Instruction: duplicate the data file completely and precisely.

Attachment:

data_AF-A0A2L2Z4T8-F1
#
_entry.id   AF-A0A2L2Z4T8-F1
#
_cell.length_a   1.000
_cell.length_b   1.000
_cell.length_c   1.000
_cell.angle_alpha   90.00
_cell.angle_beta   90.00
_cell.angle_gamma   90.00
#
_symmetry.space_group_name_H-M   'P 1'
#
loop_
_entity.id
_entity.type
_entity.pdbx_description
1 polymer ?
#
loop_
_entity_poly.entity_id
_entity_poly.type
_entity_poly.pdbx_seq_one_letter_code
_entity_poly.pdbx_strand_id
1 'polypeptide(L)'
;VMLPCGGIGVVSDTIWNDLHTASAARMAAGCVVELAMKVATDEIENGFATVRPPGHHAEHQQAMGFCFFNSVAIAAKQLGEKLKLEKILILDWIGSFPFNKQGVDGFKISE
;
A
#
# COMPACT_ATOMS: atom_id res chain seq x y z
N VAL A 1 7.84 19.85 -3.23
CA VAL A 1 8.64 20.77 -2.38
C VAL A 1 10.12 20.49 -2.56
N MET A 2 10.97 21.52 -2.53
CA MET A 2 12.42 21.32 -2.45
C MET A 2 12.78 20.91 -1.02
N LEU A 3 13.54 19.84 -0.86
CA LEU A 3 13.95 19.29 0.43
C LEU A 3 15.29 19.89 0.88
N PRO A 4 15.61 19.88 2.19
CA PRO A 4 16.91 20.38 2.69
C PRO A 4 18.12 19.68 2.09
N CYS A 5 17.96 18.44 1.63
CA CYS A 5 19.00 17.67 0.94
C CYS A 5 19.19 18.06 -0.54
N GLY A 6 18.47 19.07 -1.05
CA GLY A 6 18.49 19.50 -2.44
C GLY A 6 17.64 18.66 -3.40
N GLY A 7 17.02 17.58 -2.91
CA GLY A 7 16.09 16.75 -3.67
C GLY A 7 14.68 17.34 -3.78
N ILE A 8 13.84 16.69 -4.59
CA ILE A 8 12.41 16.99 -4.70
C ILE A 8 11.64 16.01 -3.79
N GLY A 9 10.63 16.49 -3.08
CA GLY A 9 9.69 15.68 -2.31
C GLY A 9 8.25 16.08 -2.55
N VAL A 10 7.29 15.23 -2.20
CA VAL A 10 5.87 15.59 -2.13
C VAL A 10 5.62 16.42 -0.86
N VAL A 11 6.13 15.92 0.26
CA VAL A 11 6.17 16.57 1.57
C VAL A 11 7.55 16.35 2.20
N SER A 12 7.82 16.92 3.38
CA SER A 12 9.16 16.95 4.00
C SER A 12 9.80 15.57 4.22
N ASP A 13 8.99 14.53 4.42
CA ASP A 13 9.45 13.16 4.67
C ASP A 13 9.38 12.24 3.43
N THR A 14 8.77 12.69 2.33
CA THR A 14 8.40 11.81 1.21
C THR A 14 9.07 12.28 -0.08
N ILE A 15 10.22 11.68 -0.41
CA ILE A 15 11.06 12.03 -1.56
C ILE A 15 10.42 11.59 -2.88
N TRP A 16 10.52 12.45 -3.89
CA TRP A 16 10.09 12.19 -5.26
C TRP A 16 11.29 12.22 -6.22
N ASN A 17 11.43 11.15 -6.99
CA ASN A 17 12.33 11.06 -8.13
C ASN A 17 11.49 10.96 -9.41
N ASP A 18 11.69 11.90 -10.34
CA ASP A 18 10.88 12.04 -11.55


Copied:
data_AF-A0A2L2Z4T8-F1
#
_entry.id   AF-A0A2L2Z4T8-F1
#
_cell.length_a   1.000
_cell.length_b   1.000
_cell.length_c   1.000
_cell.angle_alpha   90.00
_cell.angle_beta   90.00
_cell.angle_gamma   90.00
#
_symmetry.space_group_name_H-M   'P 1'
#
loop_
_entity.id
_entity.type
_entity.pdbx_description
1 polymer ?
#
loop_
_entity_poly.entity_id
_entity_poly.type
_entity_poly.pdbx_seq_one_letter_code
_entity_poly.pdbx_strand_id
1 'polypeptide(L)'
;VMLPCGGIGVVSDTIWNDLHTASAARMAAGCVVELAMKVATDEIENGFATVRPPGHHAEHQQAMGFCFFNSVAIAAKQLGEKLKLEKILILDWIGSFPFNKQGVDGFKISE
;
A
#
# COMPACT_ATOMS: atom_id res chain seq x y z
N VAL A 1 7.84 19.85 -3.23
CA VAL A 1 8.64 20.77 -2.38
C VAL A 1 10.12 20.49 -2.56
N MET A 2 10.97 21.52 -2.53
CA MET A 2 12.42 21.32 -2.45
C MET A 2 12.78 20.91 -1.02
N LEU A 3 13.54 19.84 -0.86
CA LEU A 3 13.95 19.29 0.43
C LEU A 3 15.29 19.89 0.88
N PRO A 4 15.61 19.88 2.19
CA PRO A 4 16.91 20.38 2.69
C PRO A 4 18.12 19.68 2.09
N CYS A 5 17.96 18.44 1.63
CA CYS A 5 19.00 17.67 0.94
C CYS A 5 19.19 18.06 -0.54
N GLY A 6 18.47 19.07 -1.05
CA GLY A 6 18.49 19.50 -2.44
C GLY A 6 17.64 18.66 -3.40
N GLY A 7 17.02 17.58 -2.91
CA GLY A 7 16.09 16.75 -3.67
C GLY A 7 14.68 17.34 -3.78
N ILE A 8 13.84 16.69 -4.59
CA ILE A 8 12.41 16.99 -4.70
C ILE A 8 11.64 16.01 -3.79
N GLY A 9 10.63 16.49 -3.08
CA GLY A 9 9.69 15.68 -2.31
C GLY A 9 8.25 16.08 -2.55
N VAL A 10 7.29 15.23 -2.20
CA VAL A 10 5.87 15.59 -2.13
C VAL A 10 5.62 16.42 -0.86
N VAL A 11 6.13 15.92 0.26
CA VAL A 11 6.17 16.57 1.57
C VAL A 11 7.55 16.35 2.20
N SER A 12 7.82 16.92 3.38
CA SER A 12 9.16 16.95 4.00
C SER A 12 9.80 15.57 4.22
N ASP A 13 8.99 14.53 4.42
CA ASP A 13 9.45 13.16 4.67
C ASP A 13 9.38 12.24 3.43
N THR A 14 8.77 12.69 2.33
CA THR A 14 8.40 11.81 1.21
C THR A 14 9.07 12.28 -0.08
N ILE A 15 10.22 11.68 -0.41
CA ILE A 15 11.06 12.03 -1.56
C ILE A 15 10.42 11.59 -2.88
N TRP A 16 10.52 12.45 -3.89
CA TRP A 16 10.09 12.19 -5.26
C TRP A 16 11.29 12.22 -6.22
N ASN A 17 11.43 11.15 -6.99
CA ASN A 17 12.33 11.06 -8.13
C ASN A 17 11.49 10.96 -9.41
N ASP A 18 11.69 11.90 -10.34
CA ASP A 18 10.88 12.04 -11.55